A drug developed by Swiss giant Roche to treat an aggressive form of breast cancer has been shown to extend patients’ lives by almost 16 months, researchers said Sunday.
Patients who took the new Perjeta drug in combination with chemotherapy and Roche’s older anti-cancer drug Herceptin lived a median of 56.5 months, compared to 40.8 months for people in the trial who weren’t on Perjeta, Roche said in a statement.
“Adding Perjeta to treatment with Herceptin and chemotherapy resulted in the longest survival observed to date in a clinical study of people with HER2-positive metastatic breast cancer,” said Sandra Horning, Roche’s chief medical officer and head of global product development.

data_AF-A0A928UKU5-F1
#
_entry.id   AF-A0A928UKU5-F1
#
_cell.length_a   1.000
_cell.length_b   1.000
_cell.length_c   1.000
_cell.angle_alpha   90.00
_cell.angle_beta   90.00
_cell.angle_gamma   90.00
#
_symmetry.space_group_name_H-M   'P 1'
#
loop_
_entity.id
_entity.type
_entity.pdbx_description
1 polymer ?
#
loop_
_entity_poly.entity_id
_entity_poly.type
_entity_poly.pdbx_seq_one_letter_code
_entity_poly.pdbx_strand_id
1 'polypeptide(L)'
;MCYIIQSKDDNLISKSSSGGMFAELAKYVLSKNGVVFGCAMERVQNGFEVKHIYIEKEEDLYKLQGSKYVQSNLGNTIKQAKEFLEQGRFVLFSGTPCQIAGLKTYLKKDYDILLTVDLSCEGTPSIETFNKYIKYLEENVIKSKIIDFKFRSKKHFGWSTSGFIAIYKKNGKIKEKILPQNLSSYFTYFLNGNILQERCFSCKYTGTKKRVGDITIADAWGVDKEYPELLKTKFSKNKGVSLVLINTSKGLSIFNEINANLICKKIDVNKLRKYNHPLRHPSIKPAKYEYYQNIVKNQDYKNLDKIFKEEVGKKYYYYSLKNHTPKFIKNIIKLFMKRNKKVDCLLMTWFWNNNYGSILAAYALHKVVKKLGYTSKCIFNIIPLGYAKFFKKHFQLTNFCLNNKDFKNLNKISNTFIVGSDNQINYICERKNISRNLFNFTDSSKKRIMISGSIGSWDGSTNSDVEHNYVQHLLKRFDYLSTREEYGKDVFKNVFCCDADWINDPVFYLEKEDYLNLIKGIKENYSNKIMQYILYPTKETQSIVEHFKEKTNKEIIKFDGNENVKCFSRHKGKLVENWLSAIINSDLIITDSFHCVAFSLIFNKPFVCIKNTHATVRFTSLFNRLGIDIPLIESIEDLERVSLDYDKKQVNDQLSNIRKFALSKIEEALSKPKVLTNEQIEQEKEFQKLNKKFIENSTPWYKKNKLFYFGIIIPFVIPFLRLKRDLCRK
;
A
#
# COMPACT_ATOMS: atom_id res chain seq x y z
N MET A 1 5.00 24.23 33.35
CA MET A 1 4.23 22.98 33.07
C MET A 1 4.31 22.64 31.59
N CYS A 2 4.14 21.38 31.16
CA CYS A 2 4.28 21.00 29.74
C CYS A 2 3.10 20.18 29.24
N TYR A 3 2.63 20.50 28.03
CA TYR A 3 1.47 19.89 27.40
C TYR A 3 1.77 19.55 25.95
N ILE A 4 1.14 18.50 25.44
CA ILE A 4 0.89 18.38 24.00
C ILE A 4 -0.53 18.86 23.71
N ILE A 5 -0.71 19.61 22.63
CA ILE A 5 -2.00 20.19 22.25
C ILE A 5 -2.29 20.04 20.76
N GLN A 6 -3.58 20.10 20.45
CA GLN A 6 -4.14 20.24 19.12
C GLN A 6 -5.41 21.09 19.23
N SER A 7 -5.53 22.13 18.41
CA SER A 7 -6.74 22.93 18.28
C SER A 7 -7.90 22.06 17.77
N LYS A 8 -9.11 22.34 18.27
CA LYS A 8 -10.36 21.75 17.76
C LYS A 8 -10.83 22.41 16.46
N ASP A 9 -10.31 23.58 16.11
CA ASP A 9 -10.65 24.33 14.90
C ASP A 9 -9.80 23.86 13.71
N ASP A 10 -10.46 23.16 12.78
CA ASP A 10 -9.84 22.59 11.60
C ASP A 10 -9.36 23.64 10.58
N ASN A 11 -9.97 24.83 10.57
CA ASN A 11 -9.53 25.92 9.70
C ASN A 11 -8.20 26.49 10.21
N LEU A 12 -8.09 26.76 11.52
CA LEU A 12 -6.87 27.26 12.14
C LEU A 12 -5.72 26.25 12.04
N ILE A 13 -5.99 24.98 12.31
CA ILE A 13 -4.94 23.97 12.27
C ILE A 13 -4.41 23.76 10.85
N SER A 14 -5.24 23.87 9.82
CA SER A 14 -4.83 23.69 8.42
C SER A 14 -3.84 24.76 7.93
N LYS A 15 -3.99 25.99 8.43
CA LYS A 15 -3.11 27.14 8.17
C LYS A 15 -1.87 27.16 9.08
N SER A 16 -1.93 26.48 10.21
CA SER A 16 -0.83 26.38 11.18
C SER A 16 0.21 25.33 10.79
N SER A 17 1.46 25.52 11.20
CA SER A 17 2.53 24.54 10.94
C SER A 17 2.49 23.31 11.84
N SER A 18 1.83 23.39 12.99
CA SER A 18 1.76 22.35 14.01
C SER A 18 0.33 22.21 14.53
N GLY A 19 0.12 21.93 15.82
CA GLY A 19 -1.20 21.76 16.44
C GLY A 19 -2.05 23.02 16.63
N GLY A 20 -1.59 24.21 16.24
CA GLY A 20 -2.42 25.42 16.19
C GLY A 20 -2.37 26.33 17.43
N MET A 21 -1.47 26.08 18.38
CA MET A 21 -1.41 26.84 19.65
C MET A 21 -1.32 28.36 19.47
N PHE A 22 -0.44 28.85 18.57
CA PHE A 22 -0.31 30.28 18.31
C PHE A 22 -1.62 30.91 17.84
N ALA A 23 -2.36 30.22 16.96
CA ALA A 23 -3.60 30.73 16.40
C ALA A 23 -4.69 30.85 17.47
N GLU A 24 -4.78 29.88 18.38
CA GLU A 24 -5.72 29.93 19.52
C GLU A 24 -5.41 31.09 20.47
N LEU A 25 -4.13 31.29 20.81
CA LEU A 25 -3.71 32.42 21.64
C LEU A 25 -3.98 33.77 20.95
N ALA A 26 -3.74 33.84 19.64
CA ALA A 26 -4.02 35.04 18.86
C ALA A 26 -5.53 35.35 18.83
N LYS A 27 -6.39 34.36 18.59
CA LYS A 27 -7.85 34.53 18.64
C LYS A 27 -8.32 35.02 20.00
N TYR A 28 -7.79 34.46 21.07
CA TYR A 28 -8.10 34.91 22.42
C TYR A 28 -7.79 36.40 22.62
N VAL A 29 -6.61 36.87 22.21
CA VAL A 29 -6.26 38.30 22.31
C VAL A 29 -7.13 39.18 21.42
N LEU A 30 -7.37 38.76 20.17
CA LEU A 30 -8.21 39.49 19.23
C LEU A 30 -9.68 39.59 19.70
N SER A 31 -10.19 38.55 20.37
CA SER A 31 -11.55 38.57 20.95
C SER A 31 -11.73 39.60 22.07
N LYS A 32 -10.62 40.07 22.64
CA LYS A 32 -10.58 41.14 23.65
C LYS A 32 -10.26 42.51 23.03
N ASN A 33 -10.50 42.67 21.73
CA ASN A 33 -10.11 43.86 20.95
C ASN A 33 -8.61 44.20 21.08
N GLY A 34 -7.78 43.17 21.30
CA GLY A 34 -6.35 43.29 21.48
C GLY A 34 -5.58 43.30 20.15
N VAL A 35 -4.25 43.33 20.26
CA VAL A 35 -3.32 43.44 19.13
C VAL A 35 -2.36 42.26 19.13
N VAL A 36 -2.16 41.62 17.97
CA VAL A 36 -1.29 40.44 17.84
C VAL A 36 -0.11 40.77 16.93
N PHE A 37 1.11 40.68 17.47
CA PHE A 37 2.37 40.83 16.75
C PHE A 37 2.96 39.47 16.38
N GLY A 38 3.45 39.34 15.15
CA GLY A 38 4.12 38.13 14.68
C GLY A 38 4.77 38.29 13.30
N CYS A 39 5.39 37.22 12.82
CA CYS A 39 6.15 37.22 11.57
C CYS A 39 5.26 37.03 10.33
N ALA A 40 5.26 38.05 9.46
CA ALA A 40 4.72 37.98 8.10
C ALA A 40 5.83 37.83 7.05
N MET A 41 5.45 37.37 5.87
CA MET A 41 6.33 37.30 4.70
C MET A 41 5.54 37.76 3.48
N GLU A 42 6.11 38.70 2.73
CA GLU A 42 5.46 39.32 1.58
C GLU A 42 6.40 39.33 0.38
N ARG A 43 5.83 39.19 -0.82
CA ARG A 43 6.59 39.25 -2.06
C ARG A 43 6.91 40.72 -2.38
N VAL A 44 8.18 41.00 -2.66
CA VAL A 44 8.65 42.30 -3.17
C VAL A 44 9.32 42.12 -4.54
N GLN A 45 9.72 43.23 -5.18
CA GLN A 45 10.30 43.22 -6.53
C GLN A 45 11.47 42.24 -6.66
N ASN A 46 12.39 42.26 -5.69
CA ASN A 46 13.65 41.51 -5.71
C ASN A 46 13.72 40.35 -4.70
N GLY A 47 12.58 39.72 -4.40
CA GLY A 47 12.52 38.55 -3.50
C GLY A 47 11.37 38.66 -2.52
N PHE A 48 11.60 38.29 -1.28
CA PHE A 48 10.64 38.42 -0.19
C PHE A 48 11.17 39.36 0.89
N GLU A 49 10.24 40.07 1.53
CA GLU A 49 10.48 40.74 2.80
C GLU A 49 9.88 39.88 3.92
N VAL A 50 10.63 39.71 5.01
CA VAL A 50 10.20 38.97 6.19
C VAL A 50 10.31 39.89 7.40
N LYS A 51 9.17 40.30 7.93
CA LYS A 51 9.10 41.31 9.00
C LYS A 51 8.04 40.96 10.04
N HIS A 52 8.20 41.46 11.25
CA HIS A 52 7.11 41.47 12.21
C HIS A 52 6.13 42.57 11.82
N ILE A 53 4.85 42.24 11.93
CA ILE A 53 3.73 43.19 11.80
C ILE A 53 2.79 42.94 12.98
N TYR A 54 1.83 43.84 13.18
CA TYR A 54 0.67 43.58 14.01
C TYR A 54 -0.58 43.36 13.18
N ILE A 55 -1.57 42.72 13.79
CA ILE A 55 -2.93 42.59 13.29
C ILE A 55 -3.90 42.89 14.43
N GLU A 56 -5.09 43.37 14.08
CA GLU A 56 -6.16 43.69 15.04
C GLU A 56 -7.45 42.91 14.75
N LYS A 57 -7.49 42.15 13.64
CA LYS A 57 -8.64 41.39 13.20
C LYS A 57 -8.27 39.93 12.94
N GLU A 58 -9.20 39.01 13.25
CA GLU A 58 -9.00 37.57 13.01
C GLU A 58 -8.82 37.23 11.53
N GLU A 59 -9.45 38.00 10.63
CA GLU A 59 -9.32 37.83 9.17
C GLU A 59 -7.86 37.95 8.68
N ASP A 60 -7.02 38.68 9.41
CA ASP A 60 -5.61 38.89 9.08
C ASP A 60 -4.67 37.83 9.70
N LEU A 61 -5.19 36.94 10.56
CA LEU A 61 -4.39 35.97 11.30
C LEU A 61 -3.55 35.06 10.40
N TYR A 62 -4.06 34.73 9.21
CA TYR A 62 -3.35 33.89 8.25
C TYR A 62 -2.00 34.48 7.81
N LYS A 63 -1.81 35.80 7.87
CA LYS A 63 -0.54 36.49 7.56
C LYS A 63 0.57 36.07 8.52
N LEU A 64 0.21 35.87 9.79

The 15.7-month longer survival time marked “a magnitude of improvement we rarely see in clinical trials in advanced cancer,” she added.
The trial involved more than 800 patients with previously untreated HER2-positive metastatic breast cancer.
HER2 is a protein that makes breast cancer cells grow. HER2-positive cancer makes up about 15 to 20 percent of breast cancers, and tends to be more difficult to treat.
Metastatic cancer is a cancer that has spread to other parts of the body.